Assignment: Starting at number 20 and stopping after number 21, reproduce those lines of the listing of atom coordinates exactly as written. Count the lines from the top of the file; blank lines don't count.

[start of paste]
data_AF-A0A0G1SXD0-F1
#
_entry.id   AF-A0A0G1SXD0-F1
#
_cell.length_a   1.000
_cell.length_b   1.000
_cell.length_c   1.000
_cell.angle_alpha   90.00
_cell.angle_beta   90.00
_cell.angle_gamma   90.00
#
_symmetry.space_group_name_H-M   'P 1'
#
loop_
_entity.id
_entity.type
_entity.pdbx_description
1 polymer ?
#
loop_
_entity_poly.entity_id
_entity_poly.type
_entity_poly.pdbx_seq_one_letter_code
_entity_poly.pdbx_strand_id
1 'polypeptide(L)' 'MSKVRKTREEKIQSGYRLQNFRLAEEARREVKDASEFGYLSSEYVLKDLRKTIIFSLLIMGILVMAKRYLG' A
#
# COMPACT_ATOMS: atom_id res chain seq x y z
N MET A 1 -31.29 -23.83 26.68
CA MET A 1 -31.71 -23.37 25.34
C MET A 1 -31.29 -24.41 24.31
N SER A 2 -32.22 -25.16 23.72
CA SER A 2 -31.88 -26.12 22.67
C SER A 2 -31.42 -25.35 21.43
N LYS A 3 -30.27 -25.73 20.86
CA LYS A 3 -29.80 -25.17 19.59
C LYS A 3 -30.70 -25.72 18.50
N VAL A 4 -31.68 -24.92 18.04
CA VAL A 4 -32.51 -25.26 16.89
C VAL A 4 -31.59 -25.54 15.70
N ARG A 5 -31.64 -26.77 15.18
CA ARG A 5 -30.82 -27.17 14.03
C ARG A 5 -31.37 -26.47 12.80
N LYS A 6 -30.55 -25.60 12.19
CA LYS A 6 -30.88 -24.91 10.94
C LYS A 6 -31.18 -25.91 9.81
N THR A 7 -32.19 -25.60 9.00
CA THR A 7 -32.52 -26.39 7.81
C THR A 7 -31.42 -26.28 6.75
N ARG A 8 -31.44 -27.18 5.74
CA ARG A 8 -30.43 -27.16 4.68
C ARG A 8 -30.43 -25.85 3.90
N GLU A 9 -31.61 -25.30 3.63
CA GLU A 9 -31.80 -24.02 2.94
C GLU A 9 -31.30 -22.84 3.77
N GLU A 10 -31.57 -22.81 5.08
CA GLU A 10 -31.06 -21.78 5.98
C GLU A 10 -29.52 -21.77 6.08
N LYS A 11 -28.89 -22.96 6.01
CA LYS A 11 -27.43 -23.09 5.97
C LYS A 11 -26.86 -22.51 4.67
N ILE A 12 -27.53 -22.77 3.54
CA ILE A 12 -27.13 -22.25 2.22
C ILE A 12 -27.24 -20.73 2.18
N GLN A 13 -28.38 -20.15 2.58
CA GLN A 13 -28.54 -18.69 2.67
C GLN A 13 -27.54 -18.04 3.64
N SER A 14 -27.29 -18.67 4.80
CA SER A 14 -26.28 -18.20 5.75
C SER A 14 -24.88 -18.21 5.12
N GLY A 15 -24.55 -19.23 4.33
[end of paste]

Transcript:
loop_
_entity_poly.entity_id